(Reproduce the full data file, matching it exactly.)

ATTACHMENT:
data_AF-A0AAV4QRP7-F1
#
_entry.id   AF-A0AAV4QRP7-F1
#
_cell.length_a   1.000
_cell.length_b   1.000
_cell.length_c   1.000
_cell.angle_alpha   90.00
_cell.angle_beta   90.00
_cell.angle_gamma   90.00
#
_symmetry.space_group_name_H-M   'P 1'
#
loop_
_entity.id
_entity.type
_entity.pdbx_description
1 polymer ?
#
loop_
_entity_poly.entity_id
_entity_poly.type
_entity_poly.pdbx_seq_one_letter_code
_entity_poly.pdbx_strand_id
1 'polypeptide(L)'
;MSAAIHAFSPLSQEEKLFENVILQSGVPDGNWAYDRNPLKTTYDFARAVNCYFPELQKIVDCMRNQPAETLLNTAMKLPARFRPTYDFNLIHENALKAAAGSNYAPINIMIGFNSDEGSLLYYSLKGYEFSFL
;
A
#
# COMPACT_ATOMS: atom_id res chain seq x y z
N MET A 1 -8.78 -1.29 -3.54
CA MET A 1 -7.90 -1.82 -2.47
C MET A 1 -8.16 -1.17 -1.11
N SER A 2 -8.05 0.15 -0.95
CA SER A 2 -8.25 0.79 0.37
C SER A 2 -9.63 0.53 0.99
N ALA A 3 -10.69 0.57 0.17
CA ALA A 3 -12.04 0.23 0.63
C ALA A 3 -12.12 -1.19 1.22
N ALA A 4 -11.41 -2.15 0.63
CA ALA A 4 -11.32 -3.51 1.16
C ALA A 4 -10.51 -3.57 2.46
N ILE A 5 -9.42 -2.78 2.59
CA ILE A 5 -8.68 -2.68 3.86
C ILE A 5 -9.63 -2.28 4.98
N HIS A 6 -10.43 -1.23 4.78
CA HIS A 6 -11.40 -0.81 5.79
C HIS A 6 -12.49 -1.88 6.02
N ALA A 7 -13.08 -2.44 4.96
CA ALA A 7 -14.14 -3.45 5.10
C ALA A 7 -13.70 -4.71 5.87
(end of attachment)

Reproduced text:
data_AF-A0AAV4QRP7-F1
#
_entry.id   AF-A0AAV4QRP7-F1
#
_cell.length_a   1.000
_cell.length_b   1.000
_cell.length_c   1.000
_cell.angle_alpha   90.00
_cell.angle_beta   90.00
_cell.angle_gamma   90.00
#
_symmetry.space_group_name_H-M   'P 1'
#
loop_
_entity.id
_entity.type
_entity.pdbx_description
1 polymer ?
#
loop_
_entity_poly.entity_id
_entity_poly.type
_entity_poly.pdbx_seq_one_letter_code
_entity_poly.pdbx_strand_id
1 'polypeptide(L)'
;MSAAIHAFSPLSQEEKLFENVILQSGVPDGNWAYDRNPLKTTYDFARAVNCYFPELQKIVDCMRNQPAETLLNTAMKLPARFRPTYDFNLIHENALKAAAGSNYAPINIMIGFNSDEGSLLYYSLKGYEFSFL
;
A
#
# COMPACT_ATOMS: atom_id res chain seq x y z
N MET A 1 -8.78 -1.29 -3.54
CA MET A 1 -7.90 -1.82 -2.47
C MET A 1 -8.16 -1.17 -1.11
N SER A 2 -8.05 0.15 -0.95
CA SER A 2 -8.25 0.79 0.37
C SER A 2 -9.63 0.53 0.99
N ALA A 3 -10.69 0.57 0.17
CA ALA A 3 -12.04 0.23 0.63
C ALA A 3 -12.12 -1.19 1.22
N ALA A 4 -11.41 -2.15 0.63
CA ALA A 4 -11.32 -3.51 1.16
C ALA A 4 -10.51 -3.57 2.46
N ILE A 5 -9.42 -2.78 2.59
CA ILE A 5 -8.68 -2.68 3.86
C ILE A 5 -9.63 -2.28 4.98
N HIS A 6 -10.43 -1.23 4.78
CA HIS A 6 -11.40 -0.81 5.79
C HIS A 6 -12.49 -1.88 6.02
N ALA A 7 -13.08 -2.44 4.96
CA ALA A 7 -14.14 -3.45 5.10
C ALA A 7 -13.70 -4.71 5.87